Pakistan’s prime minister Imran Khan cancelled a few days ago the country’s attendance at an event sponsored by Philip Morris Japan, after health advocates protested violation of the World Health Organization’s Framework Convention on Tobacco Control (WHO FCTC) and amid political tensions on the future of tobacco and smoke-free product regulation.
The online webinar – which takes place next week – is about Asia’s role in global recovery in the post-Covid era, and will involve heads of cabinet from Sri Lanka, Vietnam, Malaysia and Nepal, among other countries.
But a former head of Pakistan’s Tobacco Control Cell, Ziauddin Islam, told local newspaper Dawn that one of the reasons PM Khan will not attend is that the CEO of PMI would share the stage with him.
“We need to understand that tobacco industry always tries to improve its image by holding corporate social responsibility activities and serving people. Moreover, they also do effort to enter in the power corridors to create personal linkages and networking to influence the policies,” he said.
Advisors therefore consider that Khan’s attendance would go against article 5.3 of the WHO FCTC, which the country ratified in 2004.
The FCTC article requires that “in setting and implementing their public health policies with respect to tobacco control, Parties shall act to protect these policies from commercial and other vested interests of the tobacco industry in accordance with national law”.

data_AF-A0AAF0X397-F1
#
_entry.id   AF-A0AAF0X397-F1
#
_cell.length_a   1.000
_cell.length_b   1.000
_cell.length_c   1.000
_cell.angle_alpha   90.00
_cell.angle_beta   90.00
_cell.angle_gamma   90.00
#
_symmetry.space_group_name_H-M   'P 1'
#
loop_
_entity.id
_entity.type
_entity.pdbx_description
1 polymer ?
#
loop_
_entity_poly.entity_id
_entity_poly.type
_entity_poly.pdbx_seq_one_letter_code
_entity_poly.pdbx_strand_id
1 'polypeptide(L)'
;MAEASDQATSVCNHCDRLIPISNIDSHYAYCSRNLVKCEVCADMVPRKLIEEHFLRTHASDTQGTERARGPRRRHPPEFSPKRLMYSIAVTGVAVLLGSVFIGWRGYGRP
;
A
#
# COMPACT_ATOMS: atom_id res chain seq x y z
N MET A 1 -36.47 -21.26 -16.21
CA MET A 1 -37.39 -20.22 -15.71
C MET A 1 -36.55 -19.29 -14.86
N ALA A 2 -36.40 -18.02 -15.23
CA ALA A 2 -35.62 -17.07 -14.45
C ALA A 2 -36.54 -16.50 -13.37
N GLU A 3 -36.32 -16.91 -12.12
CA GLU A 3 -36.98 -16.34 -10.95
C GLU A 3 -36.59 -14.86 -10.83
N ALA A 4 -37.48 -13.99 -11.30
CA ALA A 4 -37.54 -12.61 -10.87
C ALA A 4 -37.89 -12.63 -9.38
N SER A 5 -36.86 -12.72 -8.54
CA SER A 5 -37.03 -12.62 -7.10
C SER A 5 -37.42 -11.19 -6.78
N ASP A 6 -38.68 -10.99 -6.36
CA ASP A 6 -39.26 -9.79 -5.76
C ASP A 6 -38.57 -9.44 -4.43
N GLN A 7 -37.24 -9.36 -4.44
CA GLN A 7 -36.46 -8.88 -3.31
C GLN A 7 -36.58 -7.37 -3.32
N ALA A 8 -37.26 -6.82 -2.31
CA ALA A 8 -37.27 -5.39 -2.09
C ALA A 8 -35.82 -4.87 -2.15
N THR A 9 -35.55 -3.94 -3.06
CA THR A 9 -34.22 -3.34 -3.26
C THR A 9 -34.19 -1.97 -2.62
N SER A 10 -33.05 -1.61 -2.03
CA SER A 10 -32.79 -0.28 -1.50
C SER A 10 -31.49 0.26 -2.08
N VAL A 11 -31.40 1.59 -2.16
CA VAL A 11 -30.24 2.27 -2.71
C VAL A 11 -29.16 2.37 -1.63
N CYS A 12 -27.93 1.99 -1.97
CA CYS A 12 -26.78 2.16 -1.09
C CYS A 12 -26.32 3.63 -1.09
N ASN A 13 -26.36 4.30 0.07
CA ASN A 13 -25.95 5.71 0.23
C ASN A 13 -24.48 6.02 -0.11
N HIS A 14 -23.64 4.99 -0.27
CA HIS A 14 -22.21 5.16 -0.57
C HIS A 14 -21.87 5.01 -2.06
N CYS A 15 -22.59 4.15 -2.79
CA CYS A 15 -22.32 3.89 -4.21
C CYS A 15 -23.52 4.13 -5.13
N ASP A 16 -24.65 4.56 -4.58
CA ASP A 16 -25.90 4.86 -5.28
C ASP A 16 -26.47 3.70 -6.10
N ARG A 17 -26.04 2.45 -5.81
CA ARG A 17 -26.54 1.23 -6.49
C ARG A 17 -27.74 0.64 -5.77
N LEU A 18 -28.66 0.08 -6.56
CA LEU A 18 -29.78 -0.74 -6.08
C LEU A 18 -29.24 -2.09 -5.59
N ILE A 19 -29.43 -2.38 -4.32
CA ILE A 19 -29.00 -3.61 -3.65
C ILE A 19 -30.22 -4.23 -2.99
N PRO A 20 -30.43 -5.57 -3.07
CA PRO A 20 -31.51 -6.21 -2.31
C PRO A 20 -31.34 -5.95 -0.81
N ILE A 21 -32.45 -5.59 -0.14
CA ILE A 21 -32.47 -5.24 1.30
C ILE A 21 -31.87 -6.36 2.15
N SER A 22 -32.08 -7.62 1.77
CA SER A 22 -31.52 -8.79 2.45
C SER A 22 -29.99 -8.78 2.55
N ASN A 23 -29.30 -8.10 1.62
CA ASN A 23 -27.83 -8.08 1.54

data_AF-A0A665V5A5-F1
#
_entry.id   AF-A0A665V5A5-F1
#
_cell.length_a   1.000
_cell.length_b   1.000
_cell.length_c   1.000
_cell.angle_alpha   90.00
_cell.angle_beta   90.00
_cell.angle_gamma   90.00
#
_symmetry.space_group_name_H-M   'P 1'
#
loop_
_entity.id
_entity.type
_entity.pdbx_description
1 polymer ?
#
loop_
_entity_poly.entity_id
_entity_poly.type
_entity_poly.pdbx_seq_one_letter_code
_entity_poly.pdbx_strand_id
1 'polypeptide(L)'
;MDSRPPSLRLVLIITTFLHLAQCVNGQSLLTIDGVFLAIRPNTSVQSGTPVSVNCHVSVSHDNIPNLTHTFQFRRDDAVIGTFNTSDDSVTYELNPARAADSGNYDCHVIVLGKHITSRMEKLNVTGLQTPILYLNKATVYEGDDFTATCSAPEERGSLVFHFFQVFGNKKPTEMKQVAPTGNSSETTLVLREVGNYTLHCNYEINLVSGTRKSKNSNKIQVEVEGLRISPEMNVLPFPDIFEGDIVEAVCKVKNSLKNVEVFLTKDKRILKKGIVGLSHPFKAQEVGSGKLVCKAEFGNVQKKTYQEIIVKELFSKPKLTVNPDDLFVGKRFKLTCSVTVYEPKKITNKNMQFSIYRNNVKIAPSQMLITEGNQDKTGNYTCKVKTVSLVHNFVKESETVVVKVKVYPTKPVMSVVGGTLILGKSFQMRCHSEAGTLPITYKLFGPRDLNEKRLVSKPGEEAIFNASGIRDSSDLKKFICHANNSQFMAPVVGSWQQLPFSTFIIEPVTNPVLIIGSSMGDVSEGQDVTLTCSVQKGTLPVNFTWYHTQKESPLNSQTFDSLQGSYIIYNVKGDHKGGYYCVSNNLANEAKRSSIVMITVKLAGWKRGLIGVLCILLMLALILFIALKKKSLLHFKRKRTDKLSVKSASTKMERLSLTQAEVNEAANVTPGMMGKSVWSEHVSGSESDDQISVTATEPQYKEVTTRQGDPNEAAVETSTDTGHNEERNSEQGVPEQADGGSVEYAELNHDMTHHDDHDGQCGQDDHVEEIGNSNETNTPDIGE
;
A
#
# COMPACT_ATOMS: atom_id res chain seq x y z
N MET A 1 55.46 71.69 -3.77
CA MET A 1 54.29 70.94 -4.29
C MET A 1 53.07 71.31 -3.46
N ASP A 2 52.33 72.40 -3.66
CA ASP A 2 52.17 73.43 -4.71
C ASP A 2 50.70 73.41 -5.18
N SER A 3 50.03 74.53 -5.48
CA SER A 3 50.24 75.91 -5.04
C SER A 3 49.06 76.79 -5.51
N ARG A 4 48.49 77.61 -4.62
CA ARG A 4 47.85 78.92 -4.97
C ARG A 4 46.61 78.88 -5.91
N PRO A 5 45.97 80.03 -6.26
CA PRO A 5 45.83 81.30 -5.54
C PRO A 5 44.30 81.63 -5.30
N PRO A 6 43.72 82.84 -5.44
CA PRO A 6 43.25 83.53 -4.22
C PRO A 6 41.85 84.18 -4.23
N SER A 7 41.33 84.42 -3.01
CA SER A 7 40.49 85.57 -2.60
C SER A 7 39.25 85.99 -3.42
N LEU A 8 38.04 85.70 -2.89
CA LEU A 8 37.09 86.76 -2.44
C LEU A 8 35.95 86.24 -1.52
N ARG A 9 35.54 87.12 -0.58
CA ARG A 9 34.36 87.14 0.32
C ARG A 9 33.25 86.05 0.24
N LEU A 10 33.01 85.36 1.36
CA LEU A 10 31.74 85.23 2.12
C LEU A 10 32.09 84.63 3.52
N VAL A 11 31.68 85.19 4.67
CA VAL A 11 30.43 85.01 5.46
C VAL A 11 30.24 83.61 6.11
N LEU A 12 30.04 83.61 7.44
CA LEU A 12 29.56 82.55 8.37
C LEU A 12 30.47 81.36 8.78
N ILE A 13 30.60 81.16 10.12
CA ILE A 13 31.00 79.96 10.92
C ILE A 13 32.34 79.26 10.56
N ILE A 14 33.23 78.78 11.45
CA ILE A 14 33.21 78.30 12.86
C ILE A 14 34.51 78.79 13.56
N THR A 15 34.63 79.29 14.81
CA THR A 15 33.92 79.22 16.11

But the question is: does this rule apply to an event that is unrelated to public health and tobacco control? The rest of the countries represented at the event also ratified the WHO FCTC years ago, but seemingly do not see the webinar as interference in their public health policies.
The reality is that Pakistan is experiencing political tensions over the future of tobacco products, with some organisations urging the government to tighten regulations.
The Pakistan National Heart Association (PANAH) recently said that all tobacco products are “injurious to human health” and called for an immediate ban of nicotine pouches.
According to the association, products such as the British American Tobacco (BAT) Velo are widely advertised in social media – something not allowed under article 7 of the Prohibition of Smoking Ordinance – and are easy to find in shops and markets, as well as online.
TobaccoIntelligence understands that anti-tobacco associations are currently in conversations with government officials in Islamabad to try to ban these products as soon as possible.
Tobacco control groups are also calling for an extension of the Federal Excise Duty (FED) on tobacco products beyond cigarettes, to include tobacco alternatives.
A health levy on all tobacco products was proposed by the Ministry of National Health Services, Regulation and Coordination to the federal cabinet in 2018 after current PM Khan took office, but it has been on stand-by for two years.
Khan (who established the country’s first and only cancer hospital) directed relevant departments to work on this proposal, and the cabinet included the health levy in the Finance Bill 2019-20, but the proposal was finally omitted on the grounds that the levy was a provincial matter.
As observed in one of our recent regulatory reports on the country, Pakistan still has a long way to go in the process of regulating alternative tobacco products. And because of this position of vulnerability, health advisors decided not to involve the country’s PM in events where tobacco companies are present, even if – as in this case – a tobacco giant is merely a sponsor.
– David Palacios TobaccoIntelligence staff